Economists see exports strengthening in coming months despite February's contraction

TheEdge Mon, Mar 18, 2024 10:13pm - 3 months View Original

KUALA LUMPUR (March 18): Economists anticipate export momentum will continue to strengthen in the coming months, despite weaker-than-expected February data, buoyed by higher exports of electrical and electronic (E&E) products and commodities.

Malaysia's exports contracted by 0.8% year-on-year (y-o-y) to RM111.33 billion in February, marking a reversal from the robust rebound of 8.7% y-o-y seen in January. Still, exports for the first two months of 2024 (January to February), grew 3.9% y-o-y to RM233.74 billion.

"The decline in Feb exports was primarily due to falling shipments of manufactured (February: down 2.4%, January: up 9.3%) and agriculture (February: down 4.8%, January: up 17.3%) goods, which fully offset the strong turnaround in exports of mining products (February: up 16.8%, January: down 4.9%). Demand from top export destinations such as Singapore, China including Hong Kong, and EU remained sluggish, counterweighing the effects of increased shipments to the US, Japan, Taiwan, India and Indonesia," UOB Global Economics & Markets Research said in a report on Monday.

Nevertheless, the export performance for the first two months of the year has reinforced its view that a trade recovery is underway, albeit a "bumpy" one due to seasonal effects of the festive period and potential disruptions and delays stemming from the Red Sea crisis.

And continued strength in import demand, particularly for the import of intermediate goods, presages a positive export trend in coming months, said the research firm.

UOB maintained its modest growth projection of 3.5% for 2024, primarily driven by the anticipated recovery in the E&E sector. Apart from that, the research firm said rising exports to G3 economies — mainly lifted by shipments to the US and Japan — robust commodity exports supported by higher volumes, and China’s latest trade and industrial output, are expected to further bolster export growth.

China showed a 7.1% y-o-y increase in exports and 7% y-o-y rise in industrial output from January to February.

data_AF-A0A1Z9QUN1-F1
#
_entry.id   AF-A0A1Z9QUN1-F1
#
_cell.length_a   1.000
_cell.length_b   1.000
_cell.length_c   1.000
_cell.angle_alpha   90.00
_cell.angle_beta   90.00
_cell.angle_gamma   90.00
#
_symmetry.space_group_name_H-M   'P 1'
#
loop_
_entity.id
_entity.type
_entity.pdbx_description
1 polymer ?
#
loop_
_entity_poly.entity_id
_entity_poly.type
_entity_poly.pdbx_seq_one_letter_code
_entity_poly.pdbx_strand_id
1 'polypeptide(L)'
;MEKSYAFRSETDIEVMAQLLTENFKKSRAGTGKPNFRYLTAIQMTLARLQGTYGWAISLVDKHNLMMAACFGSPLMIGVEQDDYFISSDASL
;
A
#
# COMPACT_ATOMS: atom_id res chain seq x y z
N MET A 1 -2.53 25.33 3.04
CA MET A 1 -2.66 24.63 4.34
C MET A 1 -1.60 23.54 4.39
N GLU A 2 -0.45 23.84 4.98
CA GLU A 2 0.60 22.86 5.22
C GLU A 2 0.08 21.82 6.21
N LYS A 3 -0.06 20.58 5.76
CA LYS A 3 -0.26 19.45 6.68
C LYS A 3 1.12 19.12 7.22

RHB Investment Bank, meanwhile, maintained its optimistic view of trade outlook, as it expects export to continue to strengthen in the first half of the year, underpinned by brighter global and regional economic outlook, the strengthening economic dynamics of China and the re-acceleration in the global technology cycle.

“We maintain our above-consensus forecast for the US and China economies to expand by 2.2% and 5.0% in 2024, respectively. Market consensus is shifting towards our view for the US and China to grow at 2.1% (from 1.5%) and 4.6% (from 4.4%), respectively. GDP leading indices for the rest of ASEAN also points to a broadly higher growth momentum.

“We have noticed signs of picking up in Asean industrial and trade momentum. We expect the export-oriented sectors ie electrical and electronic (E&E) and commodity-based products to benefit from the strengthening of the global and regional economy,” the research house said.

While Malaysia stands to benefit from the pick-up in global demand, spurred by the positive turnaround in export performance witnessed in regional countries like South Korea and Taiwan, MIDF Research cautioned against several downside risks that could potentially dampen the trade outlook.

These include the escalation of geopolitical and trade tensions, a significant economic slowdown in key trading partners and prolonged weakness in global production activities. Despite these concerns, MIDF kept its full-year export forecast at 5.2%.

The research firm is also anticipating an uptick in imports, projecting a rebound of 4.4%, driven by expanding domestic demand and increased activities in the manufacturing sector.

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